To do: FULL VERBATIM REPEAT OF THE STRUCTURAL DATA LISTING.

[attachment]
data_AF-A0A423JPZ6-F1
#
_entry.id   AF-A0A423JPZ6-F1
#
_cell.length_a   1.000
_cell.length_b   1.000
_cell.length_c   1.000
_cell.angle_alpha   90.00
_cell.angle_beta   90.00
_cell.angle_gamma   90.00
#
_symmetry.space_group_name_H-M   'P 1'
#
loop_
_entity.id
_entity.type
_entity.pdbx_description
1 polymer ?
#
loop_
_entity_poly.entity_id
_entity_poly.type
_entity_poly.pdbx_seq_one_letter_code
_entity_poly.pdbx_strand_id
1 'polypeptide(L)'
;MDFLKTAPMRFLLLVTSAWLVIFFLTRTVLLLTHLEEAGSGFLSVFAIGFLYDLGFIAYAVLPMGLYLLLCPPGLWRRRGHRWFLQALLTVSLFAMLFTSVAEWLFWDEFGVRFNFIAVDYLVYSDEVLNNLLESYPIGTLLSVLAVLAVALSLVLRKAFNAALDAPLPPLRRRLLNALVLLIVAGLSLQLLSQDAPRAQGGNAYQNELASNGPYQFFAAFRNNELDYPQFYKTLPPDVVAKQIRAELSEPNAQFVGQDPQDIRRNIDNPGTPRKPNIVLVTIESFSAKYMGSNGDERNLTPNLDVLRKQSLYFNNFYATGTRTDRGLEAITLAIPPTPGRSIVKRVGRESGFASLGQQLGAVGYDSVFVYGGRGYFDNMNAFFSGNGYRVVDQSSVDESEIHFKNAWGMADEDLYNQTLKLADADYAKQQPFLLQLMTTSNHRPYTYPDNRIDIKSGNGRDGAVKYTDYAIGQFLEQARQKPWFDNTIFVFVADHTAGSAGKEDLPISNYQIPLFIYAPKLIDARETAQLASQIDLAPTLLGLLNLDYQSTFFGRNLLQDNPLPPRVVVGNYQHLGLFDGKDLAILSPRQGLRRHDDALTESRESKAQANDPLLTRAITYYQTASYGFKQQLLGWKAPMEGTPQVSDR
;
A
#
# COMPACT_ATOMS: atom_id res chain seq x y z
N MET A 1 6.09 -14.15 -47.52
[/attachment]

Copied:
data_AF-A0A423JPZ6-F1
#
_entry.id   AF-A0A423JPZ6-F1
#
_cell.length_a   1.000
_cell.length_b   1.000
_cell.length_c   1.000
_cell.angle_alpha   90.00
_cell.angle_beta   90.00
_cell.angle_gamma   90.00
#
_symmetry.space_group_name_H-M   'P 1'
#
loop_
_entity.id
_entity.type
_entity.pdbx_description
1 polymer ?
#
loop_
_entity_poly.entity_id
_entity_poly.type
_entity_poly.pdbx_seq_one_letter_code
_entity_poly.pdbx_strand_id
1 'polypeptide(L)'
;MDFLKTAPMRFLLLVTSAWLVIFFLTRTVLLLTHLEEAGSGFLSVFAIGFLYDLGFIAYAVLPMGLYLLLCPPGLWRRRGHRWFLQALLTVSLFAMLFTSVAEWLFWDEFGVRFNFIAVDYLVYSDEVLNNLLESYPIGTLLSVLAVLAVALSLVLRKAFNAALDAPLPPLRRRLLNALVLLIVAGLSLQLLSQDAPRAQGGNAYQNELASNGPYQFFAAFRNNELDYPQFYKTLPPDVVAKQIRAELSEPNAQFVGQDPQDIRRNIDNPGTPRKPNIVLVTIESFSAKYMGSNGDERNLTPNLDVLRKQSLYFNNFYATGTRTDRGLEAITLAIPPTPGRSIVKRVGRESGFASLGQQLGAVGYDSVFVYGGRGYFDNMNAFFSGNGYRVVDQSSVDESEIHFKNAWGMADEDLYNQTLKLADADYAKQQPFLLQLMTTSNHRPYTYPDNRIDIKSGNGRDGAVKYTDYAIGQFLEQARQKPWFDNTIFVFVADHTAGSAGKEDLPISNYQIPLFIYAPKLIDARETAQLASQIDLAPTLLGLLNLDYQSTFFGRNLLQDNPLPPRVVVGNYQHLGLFDGKDLAILSPRQGLRRHDDALTESRESKAQANDPLLTRAITYYQTASYGFKQQLLGWKAPMEGTPQVSDR
;
A
#
# COMPACT_ATOMS: atom_id res chain seq x y z
N MET A 1 6.09 -14.15 -47.52